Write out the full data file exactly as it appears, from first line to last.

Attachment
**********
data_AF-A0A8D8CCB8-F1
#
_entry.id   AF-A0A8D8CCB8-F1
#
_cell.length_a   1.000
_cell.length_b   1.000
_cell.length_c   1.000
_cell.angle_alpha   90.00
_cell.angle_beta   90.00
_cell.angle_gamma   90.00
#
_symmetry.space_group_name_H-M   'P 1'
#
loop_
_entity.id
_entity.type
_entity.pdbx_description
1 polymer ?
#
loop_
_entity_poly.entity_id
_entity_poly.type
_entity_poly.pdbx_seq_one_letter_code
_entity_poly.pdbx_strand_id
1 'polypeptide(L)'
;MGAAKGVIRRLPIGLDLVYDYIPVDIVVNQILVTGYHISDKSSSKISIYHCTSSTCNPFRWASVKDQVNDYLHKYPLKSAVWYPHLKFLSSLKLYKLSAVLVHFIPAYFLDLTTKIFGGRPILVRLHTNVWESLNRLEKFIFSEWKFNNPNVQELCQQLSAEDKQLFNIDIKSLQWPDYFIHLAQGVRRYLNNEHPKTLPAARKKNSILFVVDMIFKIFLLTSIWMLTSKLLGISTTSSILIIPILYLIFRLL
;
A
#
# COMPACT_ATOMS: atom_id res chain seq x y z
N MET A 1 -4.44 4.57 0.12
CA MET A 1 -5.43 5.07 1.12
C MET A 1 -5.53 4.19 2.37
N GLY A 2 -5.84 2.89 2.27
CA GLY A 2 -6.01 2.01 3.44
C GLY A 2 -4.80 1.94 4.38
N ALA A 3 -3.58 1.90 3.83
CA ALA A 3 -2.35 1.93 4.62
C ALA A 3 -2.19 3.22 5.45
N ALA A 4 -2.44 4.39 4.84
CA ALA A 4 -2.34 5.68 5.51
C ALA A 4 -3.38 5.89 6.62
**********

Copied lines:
data_AF-A0A8D8CCB8-F1
#
_entry.id   AF-A0A8D8CCB8-F1
#
_cell.length_a   1.000
_cell.length_b   1.000
_cell.length_c   1.000
_cell.angle_alpha   90.00
_cell.angle_beta   90.00
_cell.angle_gamma   90.00
#
_symmetry.space_group_name_H-M   'P 1'
#
loop_
_entity.id
_entity.type
_entity.pdbx_description
1 polymer ?
#
loop_
_entity_poly.entity_id
_entity_poly.type
_entity_poly.pdbx_seq_one_letter_code
_entity_poly.pdbx_strand_id
1 'polypeptide(L)'
;MGAAKGVIRRLPIGLDLVYDYIPVDIVVNQILVTGYHISDKSSSKISIYHCTSSTCNPFRWASVKDQVNDYLHKYPLKSAVWYPHLKFLSSLKLYKLSAVLVHFIPAYFLDLTTKIFGGRPILVRLHTNVWESLNRLEKFIFSEWKFNNPNVQELCQQLSAEDKQLFNIDIKSLQWPDYFIHLAQGVRRYLNNEHPKTLPAARKKNSILFVVDMIFKIFLLTSIWMLTSKLLGISTTSSILIIPILYLIFRLL
;
A
#
# COMPACT_ATOMS: atom_id res chain seq x y z
N MET A 1 -4.44 4.57 0.12
CA MET A 1 -5.43 5.07 1.12
C MET A 1 -5.53 4.19 2.37
N GLY A 2 -5.84 2.89 2.27
CA GLY A 2 -6.01 2.01 3.44
C GLY A 2 -4.80 1.94 4.38
N ALA A 3 -3.58 1.90 3.83
CA ALA A 3 -2.35 1.93 4.62
C ALA A 3 -2.19 3.22 5.45
N ALA A 4 -2.44 4.39 4.84
CA ALA A 4 -2.34 5.68 5.51
C ALA A 4 -3.38 5.89 6.62